If the success of Stieg Larsson and the resulting surge in American interest in Scandinavian crime fiction has led to increased availability of mysteries and thrillers translated into English from all across Europe, then I say: Bring it on. I suspect that’s part of what’s behind the American publication of Snow White Must Die, which is actually Book 4 in a series of six so far that are already bestsellers in Germany and elsewhere. It’s the first of Nele Neuhaus’s books to be translated into English and published in the United States, and I hope we can look forward to further titles in this series making the Atlantic crossing.
For me, it’s been a treat to listen to a story set in contemporary Germany. The locale is fresh and unfamiliar, offering a welcome change of scenery. The investigative team of Pia Kirschhoff and Oliver von Bodenstein, members of the police department in Frankfurt, first become aware that something unsavory is afoot in the nearby tiny hamlet of Altenhain when a woman is pitched off a highway overpass, killing a driver and putting her in a coma with a massive number of broken bones and internal injuries. Who pushed her, and why? As terrible as this crime is, it turns out to be just a clue that puts the detectives on the trail of a much bigger story.
Tobias Sartorius is emerging from prison at around the same time as this, having served 10 years for the double murder of two female classmates in Altenhain, just after graduating from high school. His memory of the evening of the crime is a total blank, and Tobias has never been fully convinced that he actually committed the murders. It seems that everyone else in the village is certain that he did it, however, and he comes home to his parent’s house to find that they have been made to suffer while he was incarcerated, and that the residents of Altenhain plan to make Tobias continue paying for the crime as well.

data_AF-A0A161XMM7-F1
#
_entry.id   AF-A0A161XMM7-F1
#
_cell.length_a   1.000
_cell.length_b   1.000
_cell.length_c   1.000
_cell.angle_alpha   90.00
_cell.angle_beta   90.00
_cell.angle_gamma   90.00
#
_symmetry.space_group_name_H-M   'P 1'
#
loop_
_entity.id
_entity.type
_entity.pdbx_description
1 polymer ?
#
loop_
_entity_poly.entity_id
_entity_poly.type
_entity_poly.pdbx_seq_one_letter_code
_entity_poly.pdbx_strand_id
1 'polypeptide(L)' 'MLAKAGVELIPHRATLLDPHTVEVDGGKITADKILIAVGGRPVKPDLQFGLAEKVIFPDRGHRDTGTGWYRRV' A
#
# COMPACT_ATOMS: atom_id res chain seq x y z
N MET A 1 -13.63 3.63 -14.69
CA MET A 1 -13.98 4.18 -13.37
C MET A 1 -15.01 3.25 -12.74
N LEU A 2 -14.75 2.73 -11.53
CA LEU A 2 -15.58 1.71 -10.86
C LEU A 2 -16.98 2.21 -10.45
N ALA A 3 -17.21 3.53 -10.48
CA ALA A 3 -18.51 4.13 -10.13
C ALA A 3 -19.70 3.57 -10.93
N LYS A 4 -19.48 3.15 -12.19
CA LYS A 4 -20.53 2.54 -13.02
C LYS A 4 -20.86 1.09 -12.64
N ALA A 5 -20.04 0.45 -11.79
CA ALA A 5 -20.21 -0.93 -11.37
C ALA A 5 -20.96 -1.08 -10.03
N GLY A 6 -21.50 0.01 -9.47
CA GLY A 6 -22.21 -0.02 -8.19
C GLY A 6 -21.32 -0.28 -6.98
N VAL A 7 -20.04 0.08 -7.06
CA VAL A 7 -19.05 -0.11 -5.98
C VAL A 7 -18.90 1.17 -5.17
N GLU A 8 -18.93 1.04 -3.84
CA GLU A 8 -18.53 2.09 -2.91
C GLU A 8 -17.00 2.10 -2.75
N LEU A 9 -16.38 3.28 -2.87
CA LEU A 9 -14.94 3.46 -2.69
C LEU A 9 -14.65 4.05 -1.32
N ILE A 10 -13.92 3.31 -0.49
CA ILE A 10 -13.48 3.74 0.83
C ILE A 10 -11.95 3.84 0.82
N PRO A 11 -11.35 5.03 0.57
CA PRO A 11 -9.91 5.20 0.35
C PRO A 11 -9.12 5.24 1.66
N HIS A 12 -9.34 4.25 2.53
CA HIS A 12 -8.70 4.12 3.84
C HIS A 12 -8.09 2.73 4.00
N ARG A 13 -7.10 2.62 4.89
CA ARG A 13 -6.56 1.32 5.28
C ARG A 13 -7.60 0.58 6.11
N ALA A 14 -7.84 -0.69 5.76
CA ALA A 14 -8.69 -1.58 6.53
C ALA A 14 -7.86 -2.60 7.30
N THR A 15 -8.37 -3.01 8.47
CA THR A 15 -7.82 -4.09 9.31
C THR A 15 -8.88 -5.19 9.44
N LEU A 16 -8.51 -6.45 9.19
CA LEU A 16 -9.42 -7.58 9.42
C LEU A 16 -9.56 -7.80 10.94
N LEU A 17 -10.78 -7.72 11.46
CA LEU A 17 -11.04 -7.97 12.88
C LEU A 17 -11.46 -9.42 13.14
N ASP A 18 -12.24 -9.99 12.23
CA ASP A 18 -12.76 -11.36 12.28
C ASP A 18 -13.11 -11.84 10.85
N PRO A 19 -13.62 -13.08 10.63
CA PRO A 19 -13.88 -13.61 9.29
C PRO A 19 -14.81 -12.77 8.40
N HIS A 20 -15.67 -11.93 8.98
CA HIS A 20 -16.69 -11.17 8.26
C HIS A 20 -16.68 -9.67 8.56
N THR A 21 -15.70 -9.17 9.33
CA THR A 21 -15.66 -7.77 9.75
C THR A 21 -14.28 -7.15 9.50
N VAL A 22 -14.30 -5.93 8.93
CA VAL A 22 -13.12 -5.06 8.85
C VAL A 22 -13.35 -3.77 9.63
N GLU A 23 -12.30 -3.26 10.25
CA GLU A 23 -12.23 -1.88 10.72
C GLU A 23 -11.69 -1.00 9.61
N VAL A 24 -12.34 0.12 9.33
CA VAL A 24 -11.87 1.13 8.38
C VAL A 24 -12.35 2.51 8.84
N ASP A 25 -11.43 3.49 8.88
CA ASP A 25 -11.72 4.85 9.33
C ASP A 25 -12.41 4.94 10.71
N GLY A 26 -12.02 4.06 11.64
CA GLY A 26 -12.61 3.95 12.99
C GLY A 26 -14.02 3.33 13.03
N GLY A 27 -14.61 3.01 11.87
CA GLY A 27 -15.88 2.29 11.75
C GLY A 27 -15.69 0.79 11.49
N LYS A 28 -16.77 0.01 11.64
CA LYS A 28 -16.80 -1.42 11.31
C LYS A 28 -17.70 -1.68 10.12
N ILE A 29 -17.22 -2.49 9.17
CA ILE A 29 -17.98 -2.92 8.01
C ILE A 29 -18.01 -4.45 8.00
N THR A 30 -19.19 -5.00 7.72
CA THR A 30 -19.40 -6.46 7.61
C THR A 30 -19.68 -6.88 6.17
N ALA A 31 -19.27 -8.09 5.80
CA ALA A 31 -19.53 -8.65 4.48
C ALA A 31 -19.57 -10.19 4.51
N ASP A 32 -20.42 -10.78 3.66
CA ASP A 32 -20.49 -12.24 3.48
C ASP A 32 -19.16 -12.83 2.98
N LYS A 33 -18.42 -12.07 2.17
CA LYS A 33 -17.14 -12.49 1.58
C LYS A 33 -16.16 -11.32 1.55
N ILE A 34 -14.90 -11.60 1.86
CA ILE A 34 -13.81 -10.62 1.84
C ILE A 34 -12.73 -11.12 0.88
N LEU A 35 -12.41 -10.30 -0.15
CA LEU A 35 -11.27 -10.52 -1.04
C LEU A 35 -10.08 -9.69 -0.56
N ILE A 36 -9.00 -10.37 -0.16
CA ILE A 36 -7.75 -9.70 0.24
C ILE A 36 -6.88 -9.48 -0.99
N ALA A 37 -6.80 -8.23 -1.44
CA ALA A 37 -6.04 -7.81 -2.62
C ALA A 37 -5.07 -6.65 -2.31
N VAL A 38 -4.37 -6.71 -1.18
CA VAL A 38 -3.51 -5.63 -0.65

But what really happened to Stefanie Schneeberger and Laura Wagner on that night 11 years ago? How much did Tobias have to do with the young women’s disappearance, who else may have been involved, and why were the bodies never recovered? Nele Neuhaus spins a good crime story, adding to the suspense and increasing the reader’s involvement by using multiple narrative points of view and revealing information in tantalizing bits and pieces. The Kirchhoff/Bodenstein cop team are an appealing pair, and American readers can hope that more titles in the series will be translated into English and published stateside.
Robert Fass’s narration has the tendency to zoom from flat to melodramatic with startling speed at times … but then, so do some of the characters in this chilly Teutonic tale of buried secrets, suppressed passions and perpetuated lies. Fass gets the German pronunciations right, which is a relief — and not something you can always count on in audiobook narration. He also manages to avoid making the female characters sound like saps or drag queens, another quality I appreciate in a male reader. Overall, Fass enhances Neuhaus’s storytelling, helping to bring the contemporary German setting and characters alive for the listener. Snow White Must Die is an absorbing crime thriller — well written and skillfully read — and recommended listening for all Anglophone readers ready to broaden their geographic horizons in the genre.
Disclaimer: I received a copy of this audiobook from the publisher as part of the Solid Gold Reviewer program administered by Audiobook Jukebox. No payment was received in return for a review. The receipt of the book had no influence on the opinions expressed in my review.